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My good friend, the Editor-in-Chief of a certain ski-obsessed publication, recently took to these digital pages to proclaim that Born to Ski is obviously the best Warren Miller movie ever. She did so with passion and with verve and with … no idea what she was talking about. It’s easy to get sucked into subjective rabbit holes while debating this type of thing, so let’s stick to the facts.
Fact: Born to Ski contains a three-minute long rollerblading segment.
Oh, I’m sorry … are we still talking?
Look, Born to Ski was made in 1991, which was actually the twelfth year of the 1980s. Garish neon one-piece ski suits? Check. Hair styled like upright aerials—straight up and confusing? Check. The excitement and innovation found a few years later when the freeskiing revolution began? Nada, zip zilch. The early ’90s were the last throes of the skinny ski era and Born to Ski feels like exactly that: something that you vaguely remember as fun but know for sure wasn’t as good as it could have been.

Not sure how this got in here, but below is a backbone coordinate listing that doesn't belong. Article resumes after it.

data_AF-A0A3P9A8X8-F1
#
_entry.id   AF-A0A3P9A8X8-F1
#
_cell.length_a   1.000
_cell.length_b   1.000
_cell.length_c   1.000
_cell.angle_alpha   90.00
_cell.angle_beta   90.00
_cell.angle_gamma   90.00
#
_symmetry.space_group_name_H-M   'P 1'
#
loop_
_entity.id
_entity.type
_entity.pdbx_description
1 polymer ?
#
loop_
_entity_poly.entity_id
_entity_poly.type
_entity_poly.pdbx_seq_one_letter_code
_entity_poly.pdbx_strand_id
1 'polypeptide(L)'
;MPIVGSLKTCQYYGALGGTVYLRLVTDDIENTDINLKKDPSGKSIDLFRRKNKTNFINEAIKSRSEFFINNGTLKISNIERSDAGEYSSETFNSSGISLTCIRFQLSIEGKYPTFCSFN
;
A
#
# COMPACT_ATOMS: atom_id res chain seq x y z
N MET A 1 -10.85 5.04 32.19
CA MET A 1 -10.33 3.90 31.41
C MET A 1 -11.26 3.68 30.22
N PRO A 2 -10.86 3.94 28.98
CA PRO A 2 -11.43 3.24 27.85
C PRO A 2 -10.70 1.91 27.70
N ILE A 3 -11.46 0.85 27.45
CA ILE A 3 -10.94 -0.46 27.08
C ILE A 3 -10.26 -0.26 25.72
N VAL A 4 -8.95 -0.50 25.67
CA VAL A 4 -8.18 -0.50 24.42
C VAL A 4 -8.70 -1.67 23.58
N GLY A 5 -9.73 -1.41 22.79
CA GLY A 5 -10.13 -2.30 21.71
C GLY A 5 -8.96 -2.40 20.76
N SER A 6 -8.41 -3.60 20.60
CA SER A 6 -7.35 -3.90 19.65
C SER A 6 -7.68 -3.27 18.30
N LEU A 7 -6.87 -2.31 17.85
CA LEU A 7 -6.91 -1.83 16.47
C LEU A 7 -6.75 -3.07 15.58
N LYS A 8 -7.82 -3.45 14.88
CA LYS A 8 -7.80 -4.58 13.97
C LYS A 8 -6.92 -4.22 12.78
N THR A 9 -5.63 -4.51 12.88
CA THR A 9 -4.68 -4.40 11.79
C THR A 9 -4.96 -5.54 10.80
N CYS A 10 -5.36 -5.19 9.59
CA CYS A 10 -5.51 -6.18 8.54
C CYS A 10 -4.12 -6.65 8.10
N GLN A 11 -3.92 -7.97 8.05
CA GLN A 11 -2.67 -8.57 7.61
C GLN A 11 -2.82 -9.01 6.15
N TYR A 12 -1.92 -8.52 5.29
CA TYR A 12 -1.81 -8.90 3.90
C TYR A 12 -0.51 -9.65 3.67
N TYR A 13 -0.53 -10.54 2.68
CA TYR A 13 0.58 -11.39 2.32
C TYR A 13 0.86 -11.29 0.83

Which is why, when you peruse the nearly endless Warren Miller viewing options available to you as an Outside+ member, I point you to 1972’s Winter People. Now, this is vintage Warren Miller and vintage skiing. Every turn along every mountain pass reveals a snowy landscape that feels like you’ve never seen it before because, in 1972, you hadn’t. The Alps, the Rockies, the Sierra Nevada—for most skiers back then, these places may as well have been Valhalla. Through muted colors and sun bursts of old 16 millimeter film, they look like it, too.
Whoever’s doing the score in Winter People apparently hadn’t heard of rock and roll yet, because every frame is accompanied by soaring strings and playful flutes and possibly even a stoned lute. It lends the whole experience a fairy tale quality that summarizes why skiing became popular in the first place—they’re called “winter wonderlands” for a reason.
Not convinced? Check out the coverage of Vail’s first hot dog contest, with vivid reminders of how cool ski ballet was when performed on a legitimate slope and at speed. There’s also one of the largest spread eagles ever committed to film; a front flip spread eagle that may in fact be the first ski grab ever attempted, and all time Warren zingers like “George Asteroll does a shoulder roll, a fanny roll, a tip roll, another tip roll, just as though he planned all of them.”
I get that, if you’re young enough, the early ’90s probably seem to you like the early ’70s seem to me. But there’s one key difference: If I had to sum Winter People up in one word, it would be “romantic.” And while you try to remember the last time anyone referred to the early ’90s as romantic, I’ll rest my case.
Come at me, Shafer.